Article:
[00:08:12] Speaker 3 The Yes building permit? Yeah. So the big thing to keep in mind is there’s a couple of things going on here, right? One is we’re meeting with the county site inspector to review the approved erosion and sediment control plans. They may adapt those or make changes to them when we’re out there because they see something in the field that they want us to to to protect even more than what’s already there. You know, you also have in a lot of cases, we’re going into areas where we’re trying to save or preserve trees. So you’ll have an arborist that’s involved with it as well that walks to site with you, that looks at what tree protection measures we’re putting in. What trees we’ve agreed to take down. How we’re going to take them down. Are we going into a protected area? Do we have to take extra measures to protect the trees that we’re trying to save? You know, root pruning. All those things are included in that inspection that we have. Once we get the permit released to us or in some cases, we have to go in and do these measures to get the permit released. Mm-Hmm. You know, we have to go through and review that and go over with it. Then we have to. On top of that, even though we’ve met, we then have to get means utility called out because we’re going to be doing digging because we’re going to be putting in fence. We’re going to be, you know, digging up and doing fruiting measures were not allowed to hit utility lines with away from this utility. Come out and mark. You don’t want to do that too early because if you call it in too soon, the markings go away and then you have to recall it back in.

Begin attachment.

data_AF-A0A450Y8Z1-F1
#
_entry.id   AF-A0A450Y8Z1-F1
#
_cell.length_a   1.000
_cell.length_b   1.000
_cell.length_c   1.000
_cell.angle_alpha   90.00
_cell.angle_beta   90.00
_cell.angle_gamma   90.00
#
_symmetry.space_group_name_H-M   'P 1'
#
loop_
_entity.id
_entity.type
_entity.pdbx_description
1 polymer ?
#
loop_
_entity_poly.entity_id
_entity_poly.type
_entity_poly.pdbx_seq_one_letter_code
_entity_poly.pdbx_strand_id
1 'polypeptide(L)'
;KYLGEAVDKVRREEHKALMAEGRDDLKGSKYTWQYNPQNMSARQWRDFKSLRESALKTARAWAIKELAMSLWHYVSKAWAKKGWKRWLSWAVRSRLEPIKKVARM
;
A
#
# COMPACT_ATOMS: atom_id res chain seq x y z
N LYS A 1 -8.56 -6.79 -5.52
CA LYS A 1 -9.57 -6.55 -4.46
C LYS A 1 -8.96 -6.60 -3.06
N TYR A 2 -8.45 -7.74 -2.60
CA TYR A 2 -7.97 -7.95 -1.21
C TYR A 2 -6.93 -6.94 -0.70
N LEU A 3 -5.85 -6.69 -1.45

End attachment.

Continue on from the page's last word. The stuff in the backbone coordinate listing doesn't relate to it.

[00:09:41] Speaker 2 And then isn’t the ticket invalid after what is it, Brian like week or yeah, yeah. Yeah. So if you call it in, if you try to anticipate too early, you just got to recall it. Yeah, yeah.
[00:09:50] Speaker 4 And actually, we have contractors that some of our excavating contractors, especially in the this region, they just have someone in their office call on a weekly basis and it’ll be you’ll have. Finished landscaping saw down and Miss Utility will be out there and will be calling the excavator saying, Hey, call off the dogs, yeah, yeah, they’re spray paint. My brain is so yeah, but that’s just, you know, to cover cover. They’re about to be right, obviously.